Nikolais's Beautiful Interpretation of Dance
by Catherine Ng
Some of the most well-known dance works choreographed by the late Alwin Nikolais were featured at the Joyce Theater last Tuesday night. Typically, traditional dance focuses on the dancers rather than the dance, but Nikolais does not concentrate on the emotions of the dancers and more on the totality of dance—the combination of visuals (e.g. costumes and lighting), auditory range (e.g. the hard beats and hypnotizing music), and dance, which uses decentralization as a way to make the dance less personal and more about motion. In many ways, his dances were revolutionary because it touched on the auditory and visual senses without distracting viewers from the dance itself.
The genius in Nikolais’s choreographing was his ability to create a gesamtkunstwerk (aka a total work of art) without drawing away from the dance. He didn’t want dancers to become singular characters, but wanted to rely on the surroundings of individuals to link the sequences of his dances. In many ways, he does this by harmonizing shape, space, time, and motion.
Shape is the outline of the dance, and this was exemplified in “Crucible,” where mirrors were raised from the ground at an angle, and from behind this mirror, the dancers flung out their body parts, forming an amalgamation of body parts and their mirrored reflections to create unique images. Lighting also played an important role in bringing the shapes to life. Certain shapes appeared to look like a row of yellow gaping mouths trying to eat each other, which then distorted themselves into green chromosomal shapes floating freely in the air. One might argue that this aspect of dance was dehumanizing. Contrary to this belief, the dance depended a lot on the human physique in order to form these special effects, thus providing significance to humankind’s positive qualities. Instead, they relied on what Nikolais calls decentralization, in that the dance did not dwell on the individual ego, nor attempted to get their dance across with feeling. Motion also played a role in decentralization, in which the dancers in “Crucible” performed in synchronization as they quickly transition from one move to another. This cohesive unity of movement allowed the audience to focus less on the dancers, and more on the motions of the dance. In this way, Nikolais makes a spectacle through the movements and shapes, and not the emotions, of the dancers.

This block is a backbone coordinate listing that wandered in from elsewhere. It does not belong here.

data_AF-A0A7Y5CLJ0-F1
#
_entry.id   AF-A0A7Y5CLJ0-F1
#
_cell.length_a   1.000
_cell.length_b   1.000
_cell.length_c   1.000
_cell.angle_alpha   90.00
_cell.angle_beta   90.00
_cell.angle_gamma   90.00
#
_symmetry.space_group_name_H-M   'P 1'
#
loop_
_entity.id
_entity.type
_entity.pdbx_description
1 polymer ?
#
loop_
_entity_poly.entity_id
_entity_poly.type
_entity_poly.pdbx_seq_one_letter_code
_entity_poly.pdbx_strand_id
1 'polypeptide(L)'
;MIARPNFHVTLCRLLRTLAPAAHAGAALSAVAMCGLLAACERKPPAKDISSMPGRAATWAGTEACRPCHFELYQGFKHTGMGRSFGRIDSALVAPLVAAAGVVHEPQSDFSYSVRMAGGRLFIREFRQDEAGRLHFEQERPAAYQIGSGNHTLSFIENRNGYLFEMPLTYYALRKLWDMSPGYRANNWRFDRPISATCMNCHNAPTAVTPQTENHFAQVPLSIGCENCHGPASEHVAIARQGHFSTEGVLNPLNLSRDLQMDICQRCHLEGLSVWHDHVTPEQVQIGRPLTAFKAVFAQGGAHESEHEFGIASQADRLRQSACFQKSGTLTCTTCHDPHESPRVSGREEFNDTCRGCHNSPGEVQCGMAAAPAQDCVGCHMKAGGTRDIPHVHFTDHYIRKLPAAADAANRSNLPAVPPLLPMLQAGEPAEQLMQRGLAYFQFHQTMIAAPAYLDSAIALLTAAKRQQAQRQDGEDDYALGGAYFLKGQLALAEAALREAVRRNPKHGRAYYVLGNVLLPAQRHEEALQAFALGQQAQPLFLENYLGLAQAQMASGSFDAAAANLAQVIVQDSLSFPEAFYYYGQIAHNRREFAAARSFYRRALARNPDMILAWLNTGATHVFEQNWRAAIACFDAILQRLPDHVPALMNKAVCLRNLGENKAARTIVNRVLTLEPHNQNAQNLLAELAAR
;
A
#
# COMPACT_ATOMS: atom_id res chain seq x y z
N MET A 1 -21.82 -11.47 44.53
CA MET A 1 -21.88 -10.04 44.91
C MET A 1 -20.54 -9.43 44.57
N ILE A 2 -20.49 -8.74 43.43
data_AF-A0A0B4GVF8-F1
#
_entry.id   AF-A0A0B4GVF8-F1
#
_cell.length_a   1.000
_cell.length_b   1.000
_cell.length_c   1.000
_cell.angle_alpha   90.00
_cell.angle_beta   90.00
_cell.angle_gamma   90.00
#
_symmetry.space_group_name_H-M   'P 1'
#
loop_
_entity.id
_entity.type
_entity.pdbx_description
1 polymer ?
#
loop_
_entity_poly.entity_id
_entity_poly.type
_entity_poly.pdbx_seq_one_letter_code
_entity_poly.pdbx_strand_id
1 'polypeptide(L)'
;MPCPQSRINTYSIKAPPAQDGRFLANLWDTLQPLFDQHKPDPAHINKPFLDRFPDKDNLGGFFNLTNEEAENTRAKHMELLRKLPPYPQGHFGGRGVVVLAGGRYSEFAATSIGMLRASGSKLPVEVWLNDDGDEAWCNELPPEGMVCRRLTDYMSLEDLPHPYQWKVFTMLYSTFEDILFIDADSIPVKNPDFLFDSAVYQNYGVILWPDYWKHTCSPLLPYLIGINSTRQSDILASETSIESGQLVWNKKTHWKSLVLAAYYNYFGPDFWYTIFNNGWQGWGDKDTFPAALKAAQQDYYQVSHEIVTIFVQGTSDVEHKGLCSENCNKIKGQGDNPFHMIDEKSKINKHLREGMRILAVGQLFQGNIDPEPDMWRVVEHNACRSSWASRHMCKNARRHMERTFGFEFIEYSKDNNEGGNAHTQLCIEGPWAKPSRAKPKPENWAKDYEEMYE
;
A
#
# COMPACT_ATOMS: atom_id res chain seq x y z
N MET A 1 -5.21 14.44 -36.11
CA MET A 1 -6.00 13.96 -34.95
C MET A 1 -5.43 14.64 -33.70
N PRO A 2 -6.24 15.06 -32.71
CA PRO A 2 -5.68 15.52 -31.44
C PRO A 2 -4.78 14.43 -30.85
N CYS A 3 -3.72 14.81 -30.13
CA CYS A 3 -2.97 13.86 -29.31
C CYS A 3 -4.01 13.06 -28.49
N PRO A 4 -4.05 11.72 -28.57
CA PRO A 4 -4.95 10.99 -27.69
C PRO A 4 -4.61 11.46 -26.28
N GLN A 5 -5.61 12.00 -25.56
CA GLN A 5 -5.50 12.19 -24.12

Instead of relying on individual emotions, the music, in relation to time, played a role in complementing the dancers’ movements and stating the theme of the performance. In “Crucible,” heavy, loud pulses accompanied the eerie, mechanical sounds. One might argue that this was tasteless electronic music, but this “tasteless” music was timed perfectly with the movements of the dancers, despite the complicated meter changes, exemplifying the eeriness and also the beauty of the performance. The use of space was also apparent in this performance, where the dancers filled the dark stage with a row of visual images, creating a beautiful linear symmetry on this expanse of the stage.
At the same time, other visual factors of these dances were not as lavish, and this was done so that dance was the main focus. The costume design, for example, was very simple. Instead of wearing gender-specific and flashy apparel, each dancer dressed in the same plain outfit, beige underwear, and from far away, all of the dancers, either female or male, looked alike. Lighting also played a convenient role in covering the private body parts of the dancers, such as the breasts and genitals, with the plain red stripes making them look more androgynous.
Nikolais unified and simplified certain dance aspects in a way to lessen the focus of the dancers, and furthered exemplified the importance of the dance itself. Motion, rather than emotion, was the main focus. This philosophy of dance was an enjoyable experience, because it opened my eyes to his beautiful interpretation of dance.